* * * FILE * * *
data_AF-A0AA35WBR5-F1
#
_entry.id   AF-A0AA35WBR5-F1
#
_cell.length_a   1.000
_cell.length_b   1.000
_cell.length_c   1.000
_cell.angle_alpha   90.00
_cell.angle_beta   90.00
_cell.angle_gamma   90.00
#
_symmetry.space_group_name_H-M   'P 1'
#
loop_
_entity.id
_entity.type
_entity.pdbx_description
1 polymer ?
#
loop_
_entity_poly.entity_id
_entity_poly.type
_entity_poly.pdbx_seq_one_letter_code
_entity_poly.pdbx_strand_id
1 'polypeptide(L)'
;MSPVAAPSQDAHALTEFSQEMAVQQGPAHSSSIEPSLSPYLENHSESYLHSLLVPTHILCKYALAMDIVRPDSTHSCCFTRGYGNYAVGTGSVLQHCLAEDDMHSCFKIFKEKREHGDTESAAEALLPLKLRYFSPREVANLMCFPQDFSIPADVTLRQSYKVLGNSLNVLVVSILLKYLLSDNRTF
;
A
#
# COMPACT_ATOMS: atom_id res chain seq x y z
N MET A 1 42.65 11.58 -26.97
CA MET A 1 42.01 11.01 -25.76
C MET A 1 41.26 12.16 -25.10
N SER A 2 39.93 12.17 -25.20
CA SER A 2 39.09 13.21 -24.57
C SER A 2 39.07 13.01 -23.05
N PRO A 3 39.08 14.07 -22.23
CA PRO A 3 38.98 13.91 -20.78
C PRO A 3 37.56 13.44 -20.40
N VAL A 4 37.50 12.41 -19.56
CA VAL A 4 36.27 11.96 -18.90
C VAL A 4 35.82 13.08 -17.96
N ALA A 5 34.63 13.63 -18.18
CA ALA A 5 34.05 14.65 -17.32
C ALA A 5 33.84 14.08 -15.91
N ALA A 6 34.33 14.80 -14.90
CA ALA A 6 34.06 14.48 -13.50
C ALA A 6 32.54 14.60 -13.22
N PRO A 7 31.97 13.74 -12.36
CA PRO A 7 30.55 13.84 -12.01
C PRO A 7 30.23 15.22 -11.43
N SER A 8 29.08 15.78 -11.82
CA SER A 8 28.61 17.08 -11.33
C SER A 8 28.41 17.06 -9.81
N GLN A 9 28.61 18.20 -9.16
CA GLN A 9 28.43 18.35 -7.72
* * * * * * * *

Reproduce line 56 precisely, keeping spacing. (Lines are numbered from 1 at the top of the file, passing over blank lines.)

CA GLN A 9 28.43 18.35 -7.72